Rites of Passage
updated 11/06/1995 AT 01:00 AM EST
•originally published 11/06/1995 AT 01:00 AM EST
Before the Simpson case, Clark and Darden were unknown litigators on the Los Angeles County payroll. Clark, 42, who was in the beginning of a bitter and costly divorce battle with her second husband, Gordon, a computer engineer, had such high credit-card bills that friends had to lend her designer outfits to wear at the trial. Darden, 39 and single, had been a prosecutor since 1981 and lived a quiet life in a modest 1,200-square-foot bungalow in Carson, near Long Beach. Now the lawyers' every move is scrutinized, recorded and—increasingly—speculated upon. Several late-night outings to bars, including the DNA Lounge in San Francisco, where Darden reportedly checked the scene while Clark waited in the car, have been the source of unfounded speculation about their relationship. "They've just been through an incredible experience together, like going through a war," says Roslyn Dauber, a filmmaker and lifelong Clark friend, who says the support the two lawyers give each other is purely platonic. "They've shared this unique experience. Who else could they really talk to about this?"
After nearly nine months of appearing almost daily on television as key performers in the so-called Trial of the Century, Clark and Darden have emerged to find that celebrity has both ups and downs. Certainly the perquisites of fame extend beyond the occasional standing ovation. During a weekend in San Francisco shortly after the verdict, the Mandarin Oriental Hotel upgraded the pair to (separate) VIP suites, and at the trendy restaurant Aqua, the chef created a special seven-course meal for them, including his signature caviar parfait. "I've waited on all the stars, and they do nothing for me," says Tom Fichera, Aqua's general manager. "Marcia Clark rocked my socks." On a flight to Reno for a getaway a week later, Darden and Clark were introduced to singer Ray Charles, who invited them to his show at Harrah's Tahoe and afterward greeted them backstage.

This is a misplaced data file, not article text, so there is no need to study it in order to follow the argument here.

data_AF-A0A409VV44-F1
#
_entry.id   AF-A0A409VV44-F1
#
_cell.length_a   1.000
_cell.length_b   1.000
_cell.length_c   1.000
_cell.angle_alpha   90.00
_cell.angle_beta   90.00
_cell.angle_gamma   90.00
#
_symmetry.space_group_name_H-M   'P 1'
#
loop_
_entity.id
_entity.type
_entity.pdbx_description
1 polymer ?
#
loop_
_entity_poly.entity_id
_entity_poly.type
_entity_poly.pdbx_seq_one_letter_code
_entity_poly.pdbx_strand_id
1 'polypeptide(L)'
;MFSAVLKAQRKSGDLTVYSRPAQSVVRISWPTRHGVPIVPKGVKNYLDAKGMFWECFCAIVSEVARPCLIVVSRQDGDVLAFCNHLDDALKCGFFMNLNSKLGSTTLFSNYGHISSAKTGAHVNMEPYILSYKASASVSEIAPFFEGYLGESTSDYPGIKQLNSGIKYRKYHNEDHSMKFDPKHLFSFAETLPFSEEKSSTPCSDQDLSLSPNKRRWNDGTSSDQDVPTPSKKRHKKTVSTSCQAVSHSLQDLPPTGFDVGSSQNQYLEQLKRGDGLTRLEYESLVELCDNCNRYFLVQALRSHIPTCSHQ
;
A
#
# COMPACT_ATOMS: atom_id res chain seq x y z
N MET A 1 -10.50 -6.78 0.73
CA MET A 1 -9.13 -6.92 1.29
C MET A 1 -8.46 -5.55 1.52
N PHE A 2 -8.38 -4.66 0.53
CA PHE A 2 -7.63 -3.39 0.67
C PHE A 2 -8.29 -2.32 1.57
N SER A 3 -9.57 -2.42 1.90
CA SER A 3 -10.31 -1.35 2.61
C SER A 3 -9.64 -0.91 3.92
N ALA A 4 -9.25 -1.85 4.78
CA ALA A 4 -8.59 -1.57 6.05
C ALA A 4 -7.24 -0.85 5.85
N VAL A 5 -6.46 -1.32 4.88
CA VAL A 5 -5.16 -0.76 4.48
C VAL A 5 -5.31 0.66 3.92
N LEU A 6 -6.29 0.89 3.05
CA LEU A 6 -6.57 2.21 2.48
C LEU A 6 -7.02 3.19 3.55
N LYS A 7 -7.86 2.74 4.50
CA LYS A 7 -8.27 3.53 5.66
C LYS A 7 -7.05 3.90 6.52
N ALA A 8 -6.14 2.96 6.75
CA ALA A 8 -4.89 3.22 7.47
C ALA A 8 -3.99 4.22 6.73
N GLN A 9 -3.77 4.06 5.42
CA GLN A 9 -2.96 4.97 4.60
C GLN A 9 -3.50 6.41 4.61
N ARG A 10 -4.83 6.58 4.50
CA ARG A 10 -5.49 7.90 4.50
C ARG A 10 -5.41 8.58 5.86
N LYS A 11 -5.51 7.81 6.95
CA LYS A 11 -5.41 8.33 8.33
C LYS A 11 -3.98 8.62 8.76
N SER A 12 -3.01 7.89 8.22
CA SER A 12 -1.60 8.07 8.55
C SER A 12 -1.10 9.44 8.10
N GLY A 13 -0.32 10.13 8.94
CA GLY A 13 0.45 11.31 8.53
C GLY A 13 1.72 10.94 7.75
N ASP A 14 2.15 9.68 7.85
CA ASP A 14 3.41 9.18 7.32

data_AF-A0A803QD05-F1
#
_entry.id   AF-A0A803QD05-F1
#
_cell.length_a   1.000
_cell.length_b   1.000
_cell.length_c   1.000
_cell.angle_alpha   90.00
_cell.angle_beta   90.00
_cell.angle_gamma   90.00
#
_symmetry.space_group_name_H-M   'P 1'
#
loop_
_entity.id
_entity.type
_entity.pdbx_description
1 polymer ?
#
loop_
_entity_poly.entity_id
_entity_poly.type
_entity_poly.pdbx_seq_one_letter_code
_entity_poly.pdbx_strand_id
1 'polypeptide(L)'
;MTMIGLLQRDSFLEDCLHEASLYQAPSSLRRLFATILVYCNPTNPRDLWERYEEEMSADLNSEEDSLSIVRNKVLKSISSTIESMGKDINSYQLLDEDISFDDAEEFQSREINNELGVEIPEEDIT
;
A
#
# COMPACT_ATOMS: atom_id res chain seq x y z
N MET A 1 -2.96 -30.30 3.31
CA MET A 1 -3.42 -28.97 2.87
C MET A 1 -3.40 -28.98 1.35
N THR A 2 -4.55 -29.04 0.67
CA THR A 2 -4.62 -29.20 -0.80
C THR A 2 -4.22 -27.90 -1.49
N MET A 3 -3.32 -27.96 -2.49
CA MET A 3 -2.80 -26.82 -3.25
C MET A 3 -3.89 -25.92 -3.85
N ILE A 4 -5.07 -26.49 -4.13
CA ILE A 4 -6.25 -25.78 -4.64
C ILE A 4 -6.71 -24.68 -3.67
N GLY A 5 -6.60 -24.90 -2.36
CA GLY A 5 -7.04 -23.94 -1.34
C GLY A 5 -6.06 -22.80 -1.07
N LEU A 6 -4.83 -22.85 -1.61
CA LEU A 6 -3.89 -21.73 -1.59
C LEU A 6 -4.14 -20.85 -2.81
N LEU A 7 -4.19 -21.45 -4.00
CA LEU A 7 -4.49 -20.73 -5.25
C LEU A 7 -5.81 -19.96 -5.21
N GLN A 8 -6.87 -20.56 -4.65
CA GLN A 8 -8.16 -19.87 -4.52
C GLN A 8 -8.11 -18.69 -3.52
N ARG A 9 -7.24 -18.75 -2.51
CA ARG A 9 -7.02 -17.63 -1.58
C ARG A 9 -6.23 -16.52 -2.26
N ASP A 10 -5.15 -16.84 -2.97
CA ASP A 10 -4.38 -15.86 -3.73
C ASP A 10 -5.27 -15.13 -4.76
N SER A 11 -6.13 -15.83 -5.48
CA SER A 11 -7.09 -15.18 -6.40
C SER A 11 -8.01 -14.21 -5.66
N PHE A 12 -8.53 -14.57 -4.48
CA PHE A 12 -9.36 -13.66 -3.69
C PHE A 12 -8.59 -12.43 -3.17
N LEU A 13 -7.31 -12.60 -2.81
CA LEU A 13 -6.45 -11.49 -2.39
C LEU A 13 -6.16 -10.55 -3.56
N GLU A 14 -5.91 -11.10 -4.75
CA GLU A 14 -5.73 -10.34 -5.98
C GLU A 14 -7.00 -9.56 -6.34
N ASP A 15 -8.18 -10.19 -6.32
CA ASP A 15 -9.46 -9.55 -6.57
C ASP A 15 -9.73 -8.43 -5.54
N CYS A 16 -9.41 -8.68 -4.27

On the downside, the lawyers have found it hard to resume their formerly private lives. Both have reportedly received death threats and have been accompanied by bodyguards paid by the county. On a recent visit to friends in Santa Barbara, Clark had to be escorted through a mob of well-wishers when she tried to leave a casino. Then there are the rumors. Though Darden and Clark have spent time together most weekends since the trial's end, they have focused on regrouping with family and friends. Jonathan Kleks, Clark's brother, was a constant companion in San Francisco. In Tahoe the two were joined by Clark's sons, ages 3 and 5, their nanny and two friends.
To help fend off the sometimes unwelcome intrusions—Playboy, for instance, reportedly offered Clark $1 million to pose nude—both lawyers have signed with the William Morris Agency, which will represent them in any book or television ventures, though none is yet sealed. "No one's in here to make a lot of quick deals," says Norman Brokaw, the agency's chairman and CEO. In the meantime, Clark, an aficionado of mystery novels, has been reading, doing crosswords and enjoying her sons—as well as gearing up for a custody battle with her husband. "She's doing mom stuff," says Lynn Baragona, Clark's close friend and colleague at the D.A.'s office. Darden, who has paid a couple of visits to his office chums, is teaching a criminal law course at Cal State University, Los Angeles. After the two catch their breath—they still have many months of accumulated vacation time—what comes next is anyone's guess, though Baragona offers one possibility for Clark: "Well," she says, "she is about due for a hairstyle change."
LYNDA WRIGHT in Los Angeles and bureau reports